Planning Eighth Grade

So I started planning  Third Grade first, since it will be my third time teaching third grade and therefore has a sense of familiarity. I wrote several posts about the planning process for third grade here.  Now I am looking at planning eighth grade next, since it will be my second time teaching eighth grade.

I really like eighth grade and am looking forward to it. This particular student has very strong opinions about what she will or won’t participate in, and she won’t really try to do anything with a block she doesn’t want to do. So I have had to think long and hard about what I really think is essential in eighth grade for soul development and what blocks will be well-received as well.

It doesn’t help that I think eighth grade seems to me one of the years with the least amount of “must do” soul material.  Yes, there is a Revolutions block, but some schools put that in ninth.  There is an idea of “modern” and getting children up to present-day, but again, many schools also spread that into ninth grade if they have a high school program.   The AWNSA chart for the Waldorf School curriculum includes The Industrial Revolution to the Modern Day; American History; Shakespeare and poetry; stories about different people of the world and their folklore and poetry; reviewing all grammar; writing including newspaper reporting, business writing, writing a short play and spelling; Latin and Greek and vocabulary building exercises; World Geography and geography of Asia, Australia and Antarctica; Chemistry, Physiology, Physics  including aerodynamics and meteorology; Three Dimensional Geometry.  “Making Math Meaningful” by Jamie York for Grade 8 includes geometry and platonic solids as a block (which I did the first time around in eighth grade but I will not do this time);  and number bases and loci as another block.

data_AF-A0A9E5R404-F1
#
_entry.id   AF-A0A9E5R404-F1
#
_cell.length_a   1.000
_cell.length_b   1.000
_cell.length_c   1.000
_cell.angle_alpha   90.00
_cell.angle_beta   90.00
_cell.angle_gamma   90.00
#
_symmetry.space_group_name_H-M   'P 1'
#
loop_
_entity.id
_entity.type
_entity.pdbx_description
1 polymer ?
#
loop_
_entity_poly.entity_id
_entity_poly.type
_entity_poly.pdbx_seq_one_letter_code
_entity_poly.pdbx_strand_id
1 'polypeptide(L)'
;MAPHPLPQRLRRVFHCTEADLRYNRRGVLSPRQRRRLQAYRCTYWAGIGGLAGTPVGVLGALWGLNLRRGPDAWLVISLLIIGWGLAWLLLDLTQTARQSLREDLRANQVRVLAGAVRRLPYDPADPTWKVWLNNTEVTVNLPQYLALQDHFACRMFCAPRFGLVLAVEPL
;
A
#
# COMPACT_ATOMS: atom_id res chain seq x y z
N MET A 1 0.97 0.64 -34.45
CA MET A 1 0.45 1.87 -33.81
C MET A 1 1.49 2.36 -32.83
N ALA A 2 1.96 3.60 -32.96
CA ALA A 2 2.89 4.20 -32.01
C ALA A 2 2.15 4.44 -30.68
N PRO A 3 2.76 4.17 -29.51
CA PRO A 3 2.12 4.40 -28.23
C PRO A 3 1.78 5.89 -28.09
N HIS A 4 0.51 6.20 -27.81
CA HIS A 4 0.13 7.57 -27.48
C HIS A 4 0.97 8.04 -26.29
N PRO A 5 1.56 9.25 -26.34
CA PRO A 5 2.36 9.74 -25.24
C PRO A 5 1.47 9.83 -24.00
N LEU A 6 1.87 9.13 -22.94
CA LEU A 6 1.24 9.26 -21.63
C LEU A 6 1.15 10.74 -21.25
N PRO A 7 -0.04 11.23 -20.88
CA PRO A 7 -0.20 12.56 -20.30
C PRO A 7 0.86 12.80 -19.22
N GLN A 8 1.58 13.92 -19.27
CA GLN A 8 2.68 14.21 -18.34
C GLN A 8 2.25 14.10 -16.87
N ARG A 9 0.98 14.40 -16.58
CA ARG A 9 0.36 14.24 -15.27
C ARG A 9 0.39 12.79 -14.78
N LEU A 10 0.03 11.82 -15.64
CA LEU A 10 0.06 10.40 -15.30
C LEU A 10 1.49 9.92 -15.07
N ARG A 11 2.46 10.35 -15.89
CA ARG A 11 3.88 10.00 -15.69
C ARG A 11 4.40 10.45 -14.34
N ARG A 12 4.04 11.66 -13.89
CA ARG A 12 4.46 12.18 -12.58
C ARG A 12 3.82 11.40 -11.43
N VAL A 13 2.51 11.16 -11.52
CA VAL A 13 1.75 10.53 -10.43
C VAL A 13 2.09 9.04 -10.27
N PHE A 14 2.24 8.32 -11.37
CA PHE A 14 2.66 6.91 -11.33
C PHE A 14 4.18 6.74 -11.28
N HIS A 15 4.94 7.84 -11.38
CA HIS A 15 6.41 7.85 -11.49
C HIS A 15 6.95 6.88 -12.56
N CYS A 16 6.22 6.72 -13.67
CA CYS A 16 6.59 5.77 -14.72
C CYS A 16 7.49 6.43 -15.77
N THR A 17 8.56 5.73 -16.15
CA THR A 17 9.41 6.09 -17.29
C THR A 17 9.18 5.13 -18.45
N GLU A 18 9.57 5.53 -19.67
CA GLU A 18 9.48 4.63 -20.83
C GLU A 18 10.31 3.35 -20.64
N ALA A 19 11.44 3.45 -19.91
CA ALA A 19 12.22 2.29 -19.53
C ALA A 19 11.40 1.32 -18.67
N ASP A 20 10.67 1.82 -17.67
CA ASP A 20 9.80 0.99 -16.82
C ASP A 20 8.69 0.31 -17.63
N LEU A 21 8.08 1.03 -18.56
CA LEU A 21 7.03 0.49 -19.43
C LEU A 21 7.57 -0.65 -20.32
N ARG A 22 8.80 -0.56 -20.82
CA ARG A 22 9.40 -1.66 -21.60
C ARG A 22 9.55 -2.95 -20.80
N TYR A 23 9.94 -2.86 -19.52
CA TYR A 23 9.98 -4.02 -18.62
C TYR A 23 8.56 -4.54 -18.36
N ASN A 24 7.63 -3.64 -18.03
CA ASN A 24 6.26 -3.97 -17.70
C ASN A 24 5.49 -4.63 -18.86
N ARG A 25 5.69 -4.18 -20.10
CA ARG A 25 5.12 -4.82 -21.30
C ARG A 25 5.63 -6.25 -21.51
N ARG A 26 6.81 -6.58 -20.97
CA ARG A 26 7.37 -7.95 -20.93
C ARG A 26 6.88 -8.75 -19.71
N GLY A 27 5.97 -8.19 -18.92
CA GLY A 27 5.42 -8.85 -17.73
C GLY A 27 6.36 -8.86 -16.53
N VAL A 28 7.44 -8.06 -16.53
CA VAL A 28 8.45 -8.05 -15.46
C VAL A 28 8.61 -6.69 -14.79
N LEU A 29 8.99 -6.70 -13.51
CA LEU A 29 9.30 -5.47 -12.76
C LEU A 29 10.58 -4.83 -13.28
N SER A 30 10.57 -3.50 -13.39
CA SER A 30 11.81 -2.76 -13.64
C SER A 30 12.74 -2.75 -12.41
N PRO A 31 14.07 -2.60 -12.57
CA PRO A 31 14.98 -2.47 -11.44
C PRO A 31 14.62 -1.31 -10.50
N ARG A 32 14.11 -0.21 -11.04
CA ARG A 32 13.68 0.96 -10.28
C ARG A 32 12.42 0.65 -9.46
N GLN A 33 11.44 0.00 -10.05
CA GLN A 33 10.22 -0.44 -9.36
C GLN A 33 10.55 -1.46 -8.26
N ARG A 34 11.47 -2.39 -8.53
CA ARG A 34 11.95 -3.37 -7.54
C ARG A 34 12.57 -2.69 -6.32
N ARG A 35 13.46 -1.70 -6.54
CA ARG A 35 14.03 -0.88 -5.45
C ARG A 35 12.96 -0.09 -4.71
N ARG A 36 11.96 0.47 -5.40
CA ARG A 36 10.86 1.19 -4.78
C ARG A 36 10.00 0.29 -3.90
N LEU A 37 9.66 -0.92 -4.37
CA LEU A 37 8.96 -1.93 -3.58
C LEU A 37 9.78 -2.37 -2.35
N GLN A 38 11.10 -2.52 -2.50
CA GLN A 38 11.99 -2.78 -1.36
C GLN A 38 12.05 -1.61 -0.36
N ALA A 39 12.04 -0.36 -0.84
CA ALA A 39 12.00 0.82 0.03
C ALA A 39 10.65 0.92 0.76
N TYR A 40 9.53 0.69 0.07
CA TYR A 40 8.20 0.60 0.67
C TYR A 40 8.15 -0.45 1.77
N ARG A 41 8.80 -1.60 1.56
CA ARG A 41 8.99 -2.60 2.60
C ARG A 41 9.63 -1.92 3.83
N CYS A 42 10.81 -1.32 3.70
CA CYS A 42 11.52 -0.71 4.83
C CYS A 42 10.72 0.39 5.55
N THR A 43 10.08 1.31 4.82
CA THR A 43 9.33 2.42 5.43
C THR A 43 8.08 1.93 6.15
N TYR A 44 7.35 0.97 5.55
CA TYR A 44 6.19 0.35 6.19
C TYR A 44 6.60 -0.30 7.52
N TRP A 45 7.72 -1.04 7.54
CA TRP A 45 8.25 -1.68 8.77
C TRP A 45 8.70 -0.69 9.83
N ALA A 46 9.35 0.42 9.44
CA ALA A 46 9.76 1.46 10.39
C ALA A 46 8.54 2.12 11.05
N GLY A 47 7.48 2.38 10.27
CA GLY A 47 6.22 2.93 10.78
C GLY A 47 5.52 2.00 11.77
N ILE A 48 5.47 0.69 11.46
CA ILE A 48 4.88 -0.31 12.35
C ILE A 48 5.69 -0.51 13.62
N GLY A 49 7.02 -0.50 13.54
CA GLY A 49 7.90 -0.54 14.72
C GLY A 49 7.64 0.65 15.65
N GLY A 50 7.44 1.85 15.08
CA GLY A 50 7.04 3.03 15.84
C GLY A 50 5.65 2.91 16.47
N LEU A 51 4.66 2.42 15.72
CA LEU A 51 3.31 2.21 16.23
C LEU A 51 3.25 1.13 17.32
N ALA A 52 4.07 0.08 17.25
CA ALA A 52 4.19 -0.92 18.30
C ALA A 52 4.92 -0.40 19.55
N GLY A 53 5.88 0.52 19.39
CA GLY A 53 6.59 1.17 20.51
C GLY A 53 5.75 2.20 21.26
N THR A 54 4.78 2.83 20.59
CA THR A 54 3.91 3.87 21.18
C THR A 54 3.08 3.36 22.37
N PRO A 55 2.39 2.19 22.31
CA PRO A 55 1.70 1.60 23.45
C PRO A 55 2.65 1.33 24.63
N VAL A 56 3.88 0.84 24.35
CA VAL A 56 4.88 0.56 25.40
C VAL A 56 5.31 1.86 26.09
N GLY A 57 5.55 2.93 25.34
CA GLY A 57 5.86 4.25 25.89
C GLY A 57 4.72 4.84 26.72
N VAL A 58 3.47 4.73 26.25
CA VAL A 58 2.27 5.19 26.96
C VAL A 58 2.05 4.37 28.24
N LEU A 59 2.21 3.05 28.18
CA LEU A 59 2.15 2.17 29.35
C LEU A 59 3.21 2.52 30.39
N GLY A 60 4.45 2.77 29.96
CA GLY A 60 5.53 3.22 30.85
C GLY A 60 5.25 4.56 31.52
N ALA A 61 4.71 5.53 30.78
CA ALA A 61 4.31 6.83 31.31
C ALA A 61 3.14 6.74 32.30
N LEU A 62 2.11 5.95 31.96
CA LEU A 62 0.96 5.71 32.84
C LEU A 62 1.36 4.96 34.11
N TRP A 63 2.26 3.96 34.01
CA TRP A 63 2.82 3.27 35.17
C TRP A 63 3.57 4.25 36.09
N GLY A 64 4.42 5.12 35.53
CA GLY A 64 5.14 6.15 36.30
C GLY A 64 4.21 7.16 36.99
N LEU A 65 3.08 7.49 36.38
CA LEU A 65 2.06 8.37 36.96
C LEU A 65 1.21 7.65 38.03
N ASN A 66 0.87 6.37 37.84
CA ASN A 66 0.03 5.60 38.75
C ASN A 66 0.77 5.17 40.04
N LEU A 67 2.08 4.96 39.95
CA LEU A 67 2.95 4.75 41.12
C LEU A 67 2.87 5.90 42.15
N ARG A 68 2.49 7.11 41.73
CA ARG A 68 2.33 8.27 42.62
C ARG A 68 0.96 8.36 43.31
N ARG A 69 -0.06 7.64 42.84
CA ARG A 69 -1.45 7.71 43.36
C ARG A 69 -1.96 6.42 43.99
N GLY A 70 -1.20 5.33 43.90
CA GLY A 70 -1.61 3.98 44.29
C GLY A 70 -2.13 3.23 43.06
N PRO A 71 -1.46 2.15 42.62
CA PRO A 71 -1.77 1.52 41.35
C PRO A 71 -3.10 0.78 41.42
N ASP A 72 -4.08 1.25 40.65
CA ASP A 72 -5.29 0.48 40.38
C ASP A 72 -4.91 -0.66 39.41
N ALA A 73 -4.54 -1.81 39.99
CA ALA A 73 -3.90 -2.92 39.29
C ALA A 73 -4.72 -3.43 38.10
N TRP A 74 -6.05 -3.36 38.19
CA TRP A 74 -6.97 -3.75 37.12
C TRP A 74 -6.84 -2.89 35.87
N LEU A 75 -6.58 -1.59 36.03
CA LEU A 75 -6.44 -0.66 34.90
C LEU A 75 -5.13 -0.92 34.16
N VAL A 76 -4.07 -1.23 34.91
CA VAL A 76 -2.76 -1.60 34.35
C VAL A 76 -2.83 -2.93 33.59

You can see some of the ideas I planned the the first time around in eighth grade  for our oldest child.  You can see how I planned high school American History between eighth and ninth grade in order to earn a high school credit in American History (this is something that would happen in homeschooling, not a Waldorf School setting). You can see my post about Eighth Grade Chemistry here, and  I went through each week of eighth grade beginning here, with weeks one and two.

So, my tentative –  totally subject to change-  plans right now include:

August and September – Physics and Meteorology

October – Oceanography

November – Short Stories

December – Short Stories

January – Revolutions

February – Two weeks of aerodynamics;  American History

March – American History

April/ May -Energy,  Carbon, Climate, and the Environment (my own invented block)

Each of these blocks will work closely on academic skills.  I am not doing the typical eighth grade Chemistry block which focuses on the human body or cooking and fats, proteins, and carbohydrates, we are not doing the typical Physiology block either, and we  will do Shakespeare in High School.  We will be doing World Geography one day a week and go through all regions of the world, including the typical eighth grade geography block countries.